Conservatory of Flowers in Golden Gate Park, San Francisco

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March 18, 2015
Conservatory of Flowers in Golden Gate Park, San Francisco

Guide to Golden Gate Park: Flowers in Bloom

Unlike many destinations, San Francisco has spectacular blooming seasons and this floral show is not limited to a particular time of the year. And you don’t have to venture far to find it, just look in Golden Gate Park.

Spring

California Poppies, Tulips, Fuchsias, Dogwoods, Azaleas and Rhododendrons
From March to May visitors will find these flowers at the National Memorial AIDS Grove, the Rhododendron Dell near the de Young Museum and the Japanese Tea Garden. If you’re feeling like a drive, these flowers are also along John F. Kennedy Boulevard.  In spring the blooming period comes to a halt and summer begins. Rhododendrons were John McLaren’s (the father of Golden Gate Park) favorite flower and they are particularly spectacular. 

Summer

Roses, Hydrangeas and Dahlias (the official city flower) 
From June to July these flowers may be seen blooming in Golden Gate Park.  They look their best in Conservatory Valley, Shakespeare Garden and the Tulip Garden.   Roses bloom from May through September in San Francisco. 

Autumn

Liquid Ambers, Swamp Cypress and Gingkoes 
These autumn trees’ colors begin to show signs of winter in late October and early November and may be found at the Conservatory of Flowers, the Music Concourse, Tulip Garden and Shakespeare Garden.   

Winter

Ribes, Camellias, Native Ceanothus (California Lilacs), Tulips, Lavender, Grevillea, Protea, Leucadendrons
It’s winter when these showy flowers are in full bloom and the best places to find them thriving are the Music Concourse, National AIDS Memorial Grove and the San Francisco Botanical Garden—one of the most diverse gardens in the world.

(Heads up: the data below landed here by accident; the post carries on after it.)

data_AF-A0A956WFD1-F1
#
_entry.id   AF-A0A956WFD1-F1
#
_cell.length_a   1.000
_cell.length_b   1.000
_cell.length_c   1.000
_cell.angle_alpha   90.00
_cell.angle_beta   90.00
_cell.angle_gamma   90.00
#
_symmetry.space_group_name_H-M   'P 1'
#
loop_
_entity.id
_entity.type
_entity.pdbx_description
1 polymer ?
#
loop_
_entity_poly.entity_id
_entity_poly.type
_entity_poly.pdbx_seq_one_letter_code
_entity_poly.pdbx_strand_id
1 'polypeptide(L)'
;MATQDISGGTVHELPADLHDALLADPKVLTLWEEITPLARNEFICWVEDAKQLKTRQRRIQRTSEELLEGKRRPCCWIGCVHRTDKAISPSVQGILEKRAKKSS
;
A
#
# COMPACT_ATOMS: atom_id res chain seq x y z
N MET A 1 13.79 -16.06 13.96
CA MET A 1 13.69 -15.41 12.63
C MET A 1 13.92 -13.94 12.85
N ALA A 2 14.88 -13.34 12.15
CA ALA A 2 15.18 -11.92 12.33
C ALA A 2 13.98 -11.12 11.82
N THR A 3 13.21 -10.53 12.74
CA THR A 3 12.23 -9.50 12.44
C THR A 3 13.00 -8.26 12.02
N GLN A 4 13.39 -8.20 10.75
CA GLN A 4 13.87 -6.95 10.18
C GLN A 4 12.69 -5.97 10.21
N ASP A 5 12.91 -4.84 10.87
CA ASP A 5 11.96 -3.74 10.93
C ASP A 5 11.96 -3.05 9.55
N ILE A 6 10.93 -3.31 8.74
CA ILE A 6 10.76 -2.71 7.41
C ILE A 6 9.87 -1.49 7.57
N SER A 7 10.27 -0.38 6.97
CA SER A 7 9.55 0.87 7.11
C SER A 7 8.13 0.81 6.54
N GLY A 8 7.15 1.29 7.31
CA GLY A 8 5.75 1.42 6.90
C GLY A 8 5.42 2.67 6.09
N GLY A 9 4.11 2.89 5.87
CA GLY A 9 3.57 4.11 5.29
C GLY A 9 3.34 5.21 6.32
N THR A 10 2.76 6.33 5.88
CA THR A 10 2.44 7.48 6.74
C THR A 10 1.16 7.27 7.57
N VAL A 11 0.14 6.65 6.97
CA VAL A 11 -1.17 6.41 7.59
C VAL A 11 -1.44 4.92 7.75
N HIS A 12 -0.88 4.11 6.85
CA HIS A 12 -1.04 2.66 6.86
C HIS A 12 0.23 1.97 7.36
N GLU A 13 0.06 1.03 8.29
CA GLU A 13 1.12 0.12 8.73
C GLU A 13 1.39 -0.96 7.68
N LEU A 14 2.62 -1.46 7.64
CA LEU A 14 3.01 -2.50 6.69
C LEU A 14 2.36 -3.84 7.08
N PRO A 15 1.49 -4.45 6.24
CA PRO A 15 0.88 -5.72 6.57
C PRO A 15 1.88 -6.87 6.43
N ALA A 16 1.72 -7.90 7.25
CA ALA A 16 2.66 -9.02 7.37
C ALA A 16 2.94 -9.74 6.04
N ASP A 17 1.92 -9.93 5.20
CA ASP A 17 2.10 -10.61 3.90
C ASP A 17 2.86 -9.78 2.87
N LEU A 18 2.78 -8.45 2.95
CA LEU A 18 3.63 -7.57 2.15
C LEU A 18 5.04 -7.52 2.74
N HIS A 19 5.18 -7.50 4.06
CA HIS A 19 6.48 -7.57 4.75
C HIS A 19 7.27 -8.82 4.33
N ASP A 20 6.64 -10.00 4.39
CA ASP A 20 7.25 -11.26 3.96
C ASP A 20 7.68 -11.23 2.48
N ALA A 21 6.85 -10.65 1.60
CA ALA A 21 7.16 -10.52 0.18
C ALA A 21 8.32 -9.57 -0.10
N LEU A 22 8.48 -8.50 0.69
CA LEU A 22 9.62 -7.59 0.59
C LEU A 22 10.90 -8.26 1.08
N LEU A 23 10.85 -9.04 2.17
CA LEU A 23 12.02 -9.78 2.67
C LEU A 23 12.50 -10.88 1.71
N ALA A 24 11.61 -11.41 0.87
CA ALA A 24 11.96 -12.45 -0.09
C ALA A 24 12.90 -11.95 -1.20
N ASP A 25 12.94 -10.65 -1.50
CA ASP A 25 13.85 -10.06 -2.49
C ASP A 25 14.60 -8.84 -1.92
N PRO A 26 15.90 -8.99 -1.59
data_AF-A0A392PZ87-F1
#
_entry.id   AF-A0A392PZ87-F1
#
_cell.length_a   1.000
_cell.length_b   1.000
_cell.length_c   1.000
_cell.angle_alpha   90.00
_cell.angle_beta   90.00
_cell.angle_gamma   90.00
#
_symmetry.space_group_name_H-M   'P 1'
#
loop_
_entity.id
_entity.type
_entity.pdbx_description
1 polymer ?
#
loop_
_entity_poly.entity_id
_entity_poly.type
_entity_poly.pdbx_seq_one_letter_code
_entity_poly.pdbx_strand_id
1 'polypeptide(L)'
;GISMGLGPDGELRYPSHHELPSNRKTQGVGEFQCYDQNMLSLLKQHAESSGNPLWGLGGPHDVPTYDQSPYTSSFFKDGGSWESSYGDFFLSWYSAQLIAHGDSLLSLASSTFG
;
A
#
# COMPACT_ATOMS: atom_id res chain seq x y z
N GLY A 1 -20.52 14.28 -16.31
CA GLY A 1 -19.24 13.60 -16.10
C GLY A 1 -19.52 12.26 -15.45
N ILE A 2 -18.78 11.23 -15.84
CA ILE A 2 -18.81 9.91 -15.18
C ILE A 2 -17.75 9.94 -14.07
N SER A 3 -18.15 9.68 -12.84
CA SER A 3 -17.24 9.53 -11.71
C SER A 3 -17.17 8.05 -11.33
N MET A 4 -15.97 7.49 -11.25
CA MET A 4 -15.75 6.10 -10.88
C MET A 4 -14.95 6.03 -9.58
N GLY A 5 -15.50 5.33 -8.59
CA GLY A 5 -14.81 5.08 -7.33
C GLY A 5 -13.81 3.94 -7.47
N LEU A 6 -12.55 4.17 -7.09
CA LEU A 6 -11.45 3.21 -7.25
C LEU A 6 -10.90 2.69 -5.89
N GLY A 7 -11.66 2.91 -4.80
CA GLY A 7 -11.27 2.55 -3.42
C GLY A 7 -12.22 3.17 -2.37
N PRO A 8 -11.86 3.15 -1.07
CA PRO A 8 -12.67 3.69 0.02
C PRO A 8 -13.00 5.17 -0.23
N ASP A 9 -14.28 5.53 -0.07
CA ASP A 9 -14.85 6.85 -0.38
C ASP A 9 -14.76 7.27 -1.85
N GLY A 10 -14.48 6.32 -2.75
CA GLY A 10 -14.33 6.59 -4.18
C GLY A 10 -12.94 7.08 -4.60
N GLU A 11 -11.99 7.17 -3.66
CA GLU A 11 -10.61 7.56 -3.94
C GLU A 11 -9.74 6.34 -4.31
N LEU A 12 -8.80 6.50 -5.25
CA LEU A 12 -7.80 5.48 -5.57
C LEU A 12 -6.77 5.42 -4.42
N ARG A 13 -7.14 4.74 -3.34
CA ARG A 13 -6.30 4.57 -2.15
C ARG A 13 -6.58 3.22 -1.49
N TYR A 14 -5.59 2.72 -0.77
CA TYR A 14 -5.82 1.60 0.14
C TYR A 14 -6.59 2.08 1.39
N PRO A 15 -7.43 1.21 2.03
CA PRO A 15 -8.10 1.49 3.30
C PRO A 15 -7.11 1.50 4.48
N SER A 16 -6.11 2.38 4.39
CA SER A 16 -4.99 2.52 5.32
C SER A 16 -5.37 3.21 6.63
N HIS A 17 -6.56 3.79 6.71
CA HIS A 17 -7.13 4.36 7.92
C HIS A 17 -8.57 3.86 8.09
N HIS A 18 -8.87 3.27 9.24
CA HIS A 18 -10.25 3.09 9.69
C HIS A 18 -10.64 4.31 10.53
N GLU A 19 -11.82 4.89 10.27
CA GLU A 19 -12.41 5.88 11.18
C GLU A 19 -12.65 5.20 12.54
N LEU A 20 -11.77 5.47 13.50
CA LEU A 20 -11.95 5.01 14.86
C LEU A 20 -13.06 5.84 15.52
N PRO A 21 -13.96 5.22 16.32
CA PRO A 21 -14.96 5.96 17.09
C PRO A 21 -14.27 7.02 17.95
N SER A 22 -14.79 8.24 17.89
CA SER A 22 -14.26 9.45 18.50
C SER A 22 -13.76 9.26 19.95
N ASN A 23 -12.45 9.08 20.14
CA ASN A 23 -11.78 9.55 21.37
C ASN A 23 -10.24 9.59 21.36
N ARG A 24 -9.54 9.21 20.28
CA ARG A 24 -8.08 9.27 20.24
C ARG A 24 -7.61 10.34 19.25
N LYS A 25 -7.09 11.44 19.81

Year Round

Magnolias, Hibiscus, Orchids and Redwood Trees
Because of San Francisco’s Mediterranean climate many plants and flowers bloom all year round. Magnolias, hibiscus, and orchids tend to be most common. San Francisco is also lucky enough to have a century-old gigantic redwood grove right in our backyard. Surrounded by other young trees, you can find the Redwood Grove at San Francisco’s Botanical Garden.  If you can’t make it to Muir Woods, this is a definite must-see! There is also a small stand of redwoods near the Transamerica Pyramid at 600 Montgomery St.

Highlights 

Tulips
The Queen Wilhelmina Tulip Garden is a yellow, purple and hot pink colored extravaganza of color during the spring within the flower beds surrounding the windmills on the far western edge of the park. 

Rhododendrons
Rhododendron Island, also known as Rhododendron Dell, is off John F. Kennedy Drive and 36th Avenue near the de Young Museum, and provides a visual delight in the spring time. In March the bold colors of pink and deep reds decorate the landscape.

California Poppies
This California state flower’s shiny, golden-orange flowers are bowl shaped and can be seen throughout the San Francisco Botanical Garden in spring. 

Azaleas
The Japanese Tea Garden is the oldest Japanese style garden in the U.S. Azaleas and Cherry Blossoms appear in March and April. And don’t overlook the notable examples of bonsai throughout the garden. 

Dahlia Garden
The dahlia is San Francisco’s official flower. Visitors may enjoy dozens of varietals among the diverse spread of colors and blooms growing within the fenced-in treasure trove free to the public adjacent to the Conservatory of Flowers

London Plane and Scotch Elm
At the Music Concourse, London Plane and Scotch Elm trees line the center of the plaza. A verdant, lush canopy offering a shady spot for visitors to enjoy the park changes drastically after annual pollarding transforms the Concourse into a sculpture garden of trees until their foliage returns. 

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